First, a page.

Johann Friedrich Herbart (1776-1841) also allows the use of corporal punishment, but only in extreme circumstances. As can be seen from the following, he warns against injuring the boy's self respect, and hardening him to this punishment so that it becomes ineffective.

It would be in vain to attempt to banish entirely the corporal punishments usually administered after fruitless reprimands; but use should be made of them so sparingly that they be feared rather than inflicted.
Recollection of the rod does not hurt the boy. Nor is there any harm in his present conviction that a flogging is henceforth as much beyond the range of possibility as his meriting such treatment. But it would no doubt be injurious to actually violate his self-respect by a blow, however little he might mind the physical pain. And pernicious in the highest degree, although, nevertheless, not quite obsolete yet, is the practice of continuing to beat children already hardened to blows. Brutish insensibility is the consequence, and the hope is almost vain that even a long period of now unavoidable indulgence will restore a normal state of feeling. (Herbart, 1909 edition, 34)

This attitude should be judged against his general view of punishment, which is a modification, or should we say a distortion, of Rousseau. Punishment should follow nature as much as possible -- that is, it should be the logical result of poor behaviour. It is not natural in Rousseau's sense, but natural in the sense that punishment is the sure result of wrong acts. The teacher must see that it does indeed occur and is consistent; it must not depend on the momentary whims of the teacher, and he must administer it in a quiet, self-controlled way.

Among educational arrangements to secure this, the punishments proper to education are conspicuous, which are not bound to a proportional retribution as are the punishments of government, but must be meted out, that they always appear to the individual as well meant warning, and do not excite lasting opposition to the teacher. The pupil's way of feeling here decides everything. (Herbart, 1896 edition, 243)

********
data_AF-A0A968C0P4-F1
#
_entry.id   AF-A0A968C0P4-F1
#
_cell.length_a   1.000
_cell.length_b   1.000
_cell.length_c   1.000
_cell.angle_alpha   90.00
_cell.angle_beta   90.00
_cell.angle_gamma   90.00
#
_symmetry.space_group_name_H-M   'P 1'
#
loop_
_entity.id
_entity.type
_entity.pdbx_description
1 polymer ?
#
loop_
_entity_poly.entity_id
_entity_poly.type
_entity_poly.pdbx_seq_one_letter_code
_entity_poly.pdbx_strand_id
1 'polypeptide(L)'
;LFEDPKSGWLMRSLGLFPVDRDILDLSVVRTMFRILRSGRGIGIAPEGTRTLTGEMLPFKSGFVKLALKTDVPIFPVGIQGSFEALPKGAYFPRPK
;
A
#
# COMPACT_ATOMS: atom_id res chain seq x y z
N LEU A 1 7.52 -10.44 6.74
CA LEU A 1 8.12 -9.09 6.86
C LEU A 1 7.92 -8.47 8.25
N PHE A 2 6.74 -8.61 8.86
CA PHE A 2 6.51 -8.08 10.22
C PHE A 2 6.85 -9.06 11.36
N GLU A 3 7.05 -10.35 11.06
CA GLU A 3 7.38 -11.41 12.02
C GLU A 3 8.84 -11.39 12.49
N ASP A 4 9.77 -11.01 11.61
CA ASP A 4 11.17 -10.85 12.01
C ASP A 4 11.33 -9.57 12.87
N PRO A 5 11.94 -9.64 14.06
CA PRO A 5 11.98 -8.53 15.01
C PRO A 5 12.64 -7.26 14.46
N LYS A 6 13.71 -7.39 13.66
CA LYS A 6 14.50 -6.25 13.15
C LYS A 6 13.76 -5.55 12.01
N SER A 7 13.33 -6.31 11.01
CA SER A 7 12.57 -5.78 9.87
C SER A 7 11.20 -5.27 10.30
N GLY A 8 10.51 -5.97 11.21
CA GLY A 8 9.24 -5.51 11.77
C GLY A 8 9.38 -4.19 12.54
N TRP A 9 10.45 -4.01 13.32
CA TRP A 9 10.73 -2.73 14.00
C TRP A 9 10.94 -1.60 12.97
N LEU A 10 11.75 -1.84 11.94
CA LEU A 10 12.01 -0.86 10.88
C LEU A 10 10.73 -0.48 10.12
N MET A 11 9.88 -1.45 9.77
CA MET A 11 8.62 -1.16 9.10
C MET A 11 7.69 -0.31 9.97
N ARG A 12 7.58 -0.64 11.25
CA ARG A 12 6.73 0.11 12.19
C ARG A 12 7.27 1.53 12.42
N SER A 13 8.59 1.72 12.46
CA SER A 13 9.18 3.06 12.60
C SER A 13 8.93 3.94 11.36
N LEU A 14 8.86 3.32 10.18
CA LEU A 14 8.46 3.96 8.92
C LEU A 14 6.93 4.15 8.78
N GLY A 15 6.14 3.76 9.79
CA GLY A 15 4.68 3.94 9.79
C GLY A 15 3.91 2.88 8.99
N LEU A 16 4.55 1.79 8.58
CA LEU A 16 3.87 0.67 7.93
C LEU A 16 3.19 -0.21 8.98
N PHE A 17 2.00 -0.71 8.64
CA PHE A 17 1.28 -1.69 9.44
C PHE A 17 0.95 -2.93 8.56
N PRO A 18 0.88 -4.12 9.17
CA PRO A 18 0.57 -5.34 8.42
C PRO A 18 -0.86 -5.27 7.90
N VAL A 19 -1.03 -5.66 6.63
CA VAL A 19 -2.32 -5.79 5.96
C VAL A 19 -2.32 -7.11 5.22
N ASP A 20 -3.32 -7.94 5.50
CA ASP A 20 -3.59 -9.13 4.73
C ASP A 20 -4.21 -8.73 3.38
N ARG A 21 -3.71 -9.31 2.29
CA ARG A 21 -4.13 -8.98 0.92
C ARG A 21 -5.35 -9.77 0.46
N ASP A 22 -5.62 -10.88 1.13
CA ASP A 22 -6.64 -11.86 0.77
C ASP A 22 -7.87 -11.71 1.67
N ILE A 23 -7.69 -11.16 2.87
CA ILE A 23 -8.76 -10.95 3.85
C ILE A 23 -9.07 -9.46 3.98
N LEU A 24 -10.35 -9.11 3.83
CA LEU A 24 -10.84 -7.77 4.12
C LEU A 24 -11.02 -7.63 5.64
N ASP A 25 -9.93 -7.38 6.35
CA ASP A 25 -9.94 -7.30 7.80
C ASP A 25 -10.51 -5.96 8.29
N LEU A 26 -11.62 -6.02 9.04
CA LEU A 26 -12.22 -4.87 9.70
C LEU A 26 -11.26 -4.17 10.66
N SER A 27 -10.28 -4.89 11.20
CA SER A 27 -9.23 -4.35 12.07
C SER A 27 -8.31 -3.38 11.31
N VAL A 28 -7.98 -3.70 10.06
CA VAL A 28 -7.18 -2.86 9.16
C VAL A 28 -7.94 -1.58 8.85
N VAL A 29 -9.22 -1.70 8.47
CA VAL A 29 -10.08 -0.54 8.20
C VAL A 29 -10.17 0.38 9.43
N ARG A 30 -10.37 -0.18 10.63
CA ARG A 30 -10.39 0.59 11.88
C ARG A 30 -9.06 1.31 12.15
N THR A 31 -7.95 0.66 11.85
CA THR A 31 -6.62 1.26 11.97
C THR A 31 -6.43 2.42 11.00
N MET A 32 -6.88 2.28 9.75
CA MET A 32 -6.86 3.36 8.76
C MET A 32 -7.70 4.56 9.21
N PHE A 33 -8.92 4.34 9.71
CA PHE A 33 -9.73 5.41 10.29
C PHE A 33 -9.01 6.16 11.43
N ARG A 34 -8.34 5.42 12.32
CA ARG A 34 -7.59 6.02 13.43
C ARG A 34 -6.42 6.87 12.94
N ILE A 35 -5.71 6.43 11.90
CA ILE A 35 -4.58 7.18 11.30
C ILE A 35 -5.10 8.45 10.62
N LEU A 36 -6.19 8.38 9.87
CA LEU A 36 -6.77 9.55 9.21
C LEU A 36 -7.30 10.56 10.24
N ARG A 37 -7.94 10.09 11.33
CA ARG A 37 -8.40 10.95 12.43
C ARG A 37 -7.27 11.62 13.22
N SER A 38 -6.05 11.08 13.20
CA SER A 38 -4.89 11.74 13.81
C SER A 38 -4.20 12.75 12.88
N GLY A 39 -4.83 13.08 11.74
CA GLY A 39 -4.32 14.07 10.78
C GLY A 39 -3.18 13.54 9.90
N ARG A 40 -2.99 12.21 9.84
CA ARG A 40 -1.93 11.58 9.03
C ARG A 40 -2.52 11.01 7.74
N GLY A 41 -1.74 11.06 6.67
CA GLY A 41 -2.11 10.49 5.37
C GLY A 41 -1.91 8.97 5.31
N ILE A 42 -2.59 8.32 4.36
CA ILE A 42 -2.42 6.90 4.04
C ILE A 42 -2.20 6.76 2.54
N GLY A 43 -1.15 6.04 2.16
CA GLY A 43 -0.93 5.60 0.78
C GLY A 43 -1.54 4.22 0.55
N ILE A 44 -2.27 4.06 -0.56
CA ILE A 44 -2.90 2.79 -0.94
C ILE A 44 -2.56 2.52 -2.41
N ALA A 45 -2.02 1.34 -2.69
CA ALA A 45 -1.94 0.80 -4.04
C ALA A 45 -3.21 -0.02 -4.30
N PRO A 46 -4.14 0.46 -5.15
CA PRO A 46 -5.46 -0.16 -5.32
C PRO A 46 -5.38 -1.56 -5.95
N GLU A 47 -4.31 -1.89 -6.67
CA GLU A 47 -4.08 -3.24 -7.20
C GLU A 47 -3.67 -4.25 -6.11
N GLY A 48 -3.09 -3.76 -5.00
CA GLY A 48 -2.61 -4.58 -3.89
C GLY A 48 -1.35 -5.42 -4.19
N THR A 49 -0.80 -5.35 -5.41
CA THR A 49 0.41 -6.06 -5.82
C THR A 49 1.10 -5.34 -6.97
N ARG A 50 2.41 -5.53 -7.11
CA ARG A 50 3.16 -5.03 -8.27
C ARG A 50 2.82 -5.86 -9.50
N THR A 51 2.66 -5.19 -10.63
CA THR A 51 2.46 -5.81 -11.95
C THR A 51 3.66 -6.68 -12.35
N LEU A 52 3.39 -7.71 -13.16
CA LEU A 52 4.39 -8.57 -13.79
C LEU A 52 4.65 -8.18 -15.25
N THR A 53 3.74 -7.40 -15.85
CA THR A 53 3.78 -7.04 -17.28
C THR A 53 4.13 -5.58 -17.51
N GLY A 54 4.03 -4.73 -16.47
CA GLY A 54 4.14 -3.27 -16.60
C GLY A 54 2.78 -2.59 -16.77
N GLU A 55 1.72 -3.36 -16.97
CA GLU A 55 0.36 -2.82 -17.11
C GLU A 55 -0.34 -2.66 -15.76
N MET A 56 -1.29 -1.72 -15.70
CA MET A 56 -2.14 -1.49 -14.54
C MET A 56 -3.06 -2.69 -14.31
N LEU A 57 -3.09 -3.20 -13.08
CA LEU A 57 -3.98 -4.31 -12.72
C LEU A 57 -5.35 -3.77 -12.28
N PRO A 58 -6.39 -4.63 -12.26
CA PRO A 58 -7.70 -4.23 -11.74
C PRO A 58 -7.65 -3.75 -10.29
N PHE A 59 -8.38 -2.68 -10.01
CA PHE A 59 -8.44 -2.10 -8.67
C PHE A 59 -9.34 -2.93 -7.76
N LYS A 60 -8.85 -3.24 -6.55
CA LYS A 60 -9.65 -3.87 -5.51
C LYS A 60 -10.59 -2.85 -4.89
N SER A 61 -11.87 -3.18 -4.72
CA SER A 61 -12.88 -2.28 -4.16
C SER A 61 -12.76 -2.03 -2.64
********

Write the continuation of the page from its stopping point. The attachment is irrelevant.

An excellent example of those who believe that all punishment corrupts, and therefore has no place in education is Friedrich Froebel (1782-1852). He has almost nothing to say on punishment, because, in his conception of education, not only does the necessity for it disappear, but it must disappear because of its evil effects. The influence of Rousseau is obvious.

In good education, then, in genuine instruction, in true training, necessity should call forth freedom; external hate, inner love. Where hatred brings forth hatred; law, dishonesty and crime; compulsion, slavery; necessity, servitude; where oppression destroys and debases; where severity and harshness give rise to stubbornness and deceit, all education is abortive.
In order to avoid the latter and to secure the former, all prescription should be adapted to the pupil's nature and needs, and secure his co-operation. This is the case when all education in instruction and training, in spite of its necessarily categorical character, bears in all details and ramifications the irrefutable and irresistible impress that the one who makes the demand is himself strictly and unavoidably subject to an externally ruling law, to an unavoidable eternal necessity, and that, therefore, all despotism is banished. (Froebel, 1895 edition, 13-14)

The growing democratic spirit is illustrated here where the freedom of mankind is extended to include the freedom of the child from oppression.

It is more than a coincidence that these writers are continental. When we look at most prominent English educational commentators, the prognosis for reform is not so optimistic.

Thomas Arnold (1795-1842), the great headmaster of Rugby School, if judged by his copious writings, was never reluctant to defend his institutions or methods, among which was the use of the cane. By today's standards he was authoritarian, in both social and educational matters. One aspect of this was his rejection of popular opinion as a base on which to act.

Popular principles sympathize with all who are subject to authority, and regard with suspicion all punishments -- liberal principles sympathize, on the other hand, with authority, whenever the evil tendencies of human nature are more likely to be shown in disregarding it than abusing it. (T. Arnold, 1845, 365)

The real servility which exists in England, whether among men or boys, is not an excessive deference to legal authority, but a surrender of individual judgment and conscience to the tyranny of public opinion. (Ibid., 377)

In the last quotation, Arnold was replying to an attack on the use of flogging and fagging in Public Schools.

Arnold dislikes the use of punishment and would gladly do without it, but the child is not yet ready to act correctly. We see underlying his ideas the doctrine of child depravity. As the child grows older, there should be less need to use such methods.